The Glasshouse Mountains rise majestically out of the Australian Bush in the hinterland of Queensland’s Sunshine Coast.
Spectacularly beautiful, they stand tall and proud overlooking the coastal plain down to Moreton Bay.
The walk to the top of Mt Ngungun rewards you with a wonderful view of Mt Tibrogargan, the monkey mountain as we have always known it, and Mt Beerwah.
And now that we can travel into Queensland from the beginning of December we will not be wasting any time in heading north to visit family we haven’t seen in almost a year due to COID-19 restrictions, and as a bonus we will be staying close by to the Glasshouse Mountains and will be sure to visit.
Photos: Janet & Baz
We love the colours of the Australian Outback, the red earth touching a blue sky on a faraway horizon; and the fabulous coastline of our sunburnt country, where a golden sandy beach is washed over by a warm turquoise blue sea…
A few years ago we graduated from work and re-entered the classroom of life where an education is guaranteed and all that is needed is an open mind.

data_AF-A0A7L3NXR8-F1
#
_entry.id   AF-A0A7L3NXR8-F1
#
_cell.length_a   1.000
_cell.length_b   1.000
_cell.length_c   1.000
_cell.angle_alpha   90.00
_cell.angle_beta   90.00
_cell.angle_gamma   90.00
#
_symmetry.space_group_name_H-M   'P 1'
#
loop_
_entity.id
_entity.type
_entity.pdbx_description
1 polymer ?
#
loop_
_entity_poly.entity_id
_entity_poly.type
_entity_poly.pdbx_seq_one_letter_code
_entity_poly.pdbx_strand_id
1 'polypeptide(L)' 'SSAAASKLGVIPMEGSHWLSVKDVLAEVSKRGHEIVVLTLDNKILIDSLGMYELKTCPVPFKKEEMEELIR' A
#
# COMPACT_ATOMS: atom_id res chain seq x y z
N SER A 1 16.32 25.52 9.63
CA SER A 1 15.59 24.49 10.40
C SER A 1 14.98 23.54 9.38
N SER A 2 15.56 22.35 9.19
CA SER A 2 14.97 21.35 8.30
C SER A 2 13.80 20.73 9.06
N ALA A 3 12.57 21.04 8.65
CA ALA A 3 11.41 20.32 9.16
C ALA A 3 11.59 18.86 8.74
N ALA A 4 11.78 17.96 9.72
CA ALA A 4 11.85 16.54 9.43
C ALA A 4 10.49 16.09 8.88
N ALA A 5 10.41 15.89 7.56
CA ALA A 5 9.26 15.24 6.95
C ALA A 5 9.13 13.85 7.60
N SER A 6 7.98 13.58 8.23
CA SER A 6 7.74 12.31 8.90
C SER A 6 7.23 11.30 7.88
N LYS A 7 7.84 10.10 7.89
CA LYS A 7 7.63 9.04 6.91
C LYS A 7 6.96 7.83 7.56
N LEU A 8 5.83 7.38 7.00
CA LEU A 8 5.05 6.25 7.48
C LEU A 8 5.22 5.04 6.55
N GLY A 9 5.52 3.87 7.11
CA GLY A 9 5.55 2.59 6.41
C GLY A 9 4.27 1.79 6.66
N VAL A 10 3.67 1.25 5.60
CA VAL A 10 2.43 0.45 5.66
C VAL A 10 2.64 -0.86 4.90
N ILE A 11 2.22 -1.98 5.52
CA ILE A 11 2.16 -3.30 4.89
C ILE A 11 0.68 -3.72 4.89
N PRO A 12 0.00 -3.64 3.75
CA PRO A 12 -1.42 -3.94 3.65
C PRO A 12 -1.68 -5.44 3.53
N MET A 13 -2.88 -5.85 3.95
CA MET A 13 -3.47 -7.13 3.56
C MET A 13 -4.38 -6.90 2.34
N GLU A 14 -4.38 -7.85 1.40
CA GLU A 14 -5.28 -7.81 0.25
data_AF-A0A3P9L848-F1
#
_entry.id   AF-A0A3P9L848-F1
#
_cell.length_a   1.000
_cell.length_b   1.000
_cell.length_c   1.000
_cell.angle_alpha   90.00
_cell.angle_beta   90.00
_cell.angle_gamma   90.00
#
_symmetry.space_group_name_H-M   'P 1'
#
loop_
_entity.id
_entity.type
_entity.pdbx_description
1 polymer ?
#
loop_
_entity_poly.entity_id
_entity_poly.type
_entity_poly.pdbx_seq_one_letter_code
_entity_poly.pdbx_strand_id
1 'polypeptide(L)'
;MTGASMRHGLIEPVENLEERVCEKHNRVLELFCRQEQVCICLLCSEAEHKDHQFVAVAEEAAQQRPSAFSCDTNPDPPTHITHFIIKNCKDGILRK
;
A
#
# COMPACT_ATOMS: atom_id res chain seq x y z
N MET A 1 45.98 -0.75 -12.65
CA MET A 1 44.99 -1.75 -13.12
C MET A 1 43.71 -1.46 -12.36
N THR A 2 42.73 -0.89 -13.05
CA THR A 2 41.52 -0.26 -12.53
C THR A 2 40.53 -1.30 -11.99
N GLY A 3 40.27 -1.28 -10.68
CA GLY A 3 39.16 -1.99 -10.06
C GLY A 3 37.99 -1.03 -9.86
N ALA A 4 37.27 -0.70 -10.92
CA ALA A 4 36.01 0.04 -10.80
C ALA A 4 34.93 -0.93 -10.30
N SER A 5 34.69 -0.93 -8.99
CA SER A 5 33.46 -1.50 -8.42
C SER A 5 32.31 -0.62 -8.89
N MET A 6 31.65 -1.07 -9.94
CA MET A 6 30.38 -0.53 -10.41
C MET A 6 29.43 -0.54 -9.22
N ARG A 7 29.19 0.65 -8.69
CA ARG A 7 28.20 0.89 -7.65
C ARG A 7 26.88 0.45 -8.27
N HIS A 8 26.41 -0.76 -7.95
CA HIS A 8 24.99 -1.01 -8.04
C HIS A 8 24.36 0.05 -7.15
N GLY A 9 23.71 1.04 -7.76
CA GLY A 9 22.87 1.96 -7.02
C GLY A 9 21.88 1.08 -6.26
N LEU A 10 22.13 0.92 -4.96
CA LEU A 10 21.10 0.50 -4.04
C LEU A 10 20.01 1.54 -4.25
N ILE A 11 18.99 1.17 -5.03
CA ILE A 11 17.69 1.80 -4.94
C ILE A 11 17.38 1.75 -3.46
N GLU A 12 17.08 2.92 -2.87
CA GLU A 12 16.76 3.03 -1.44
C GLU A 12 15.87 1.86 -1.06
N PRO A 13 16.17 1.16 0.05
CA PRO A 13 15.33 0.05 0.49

Hey, just a week or so ago I hung-up my business suit following a “graduation from work”.
And one of the reasons for doing so was that work was just getting in the way of having fun and adventure – something had to give, right?
Anyway, I caught up with a fellow adventurer at the weekend, as it happens, my brother-in-law the Kiwi, and after some kayaking around the beautiful Newcastle coastline and over a couple of beers he tossed out the line…
“So what are you doing now that you have retired graduated from work…?”
“Well, it’s only been less than a week, but I am working on some ideas”…I said, twisting the top off another brown bottle.
“I’ve got a great idea for an adventure just suited to you retired blokes on a shoestring budget…” he said, barely containing a wry smile..
It’s a familiar line I’ve heard many times before and usually pitched after the third beer. And like accepting the “King’s Shilling” taking the fourth beer signifies you’ve signed up for some kind of adventure.
“Okay, Baz I’ve got a bush hike in mind, the Great North Walk, we’ll start the walk early next week so get your pack ready”…
“Can’t I just think about it” I suggested trying to conceal we were on our fourth beer.
It could have been worse, I guess.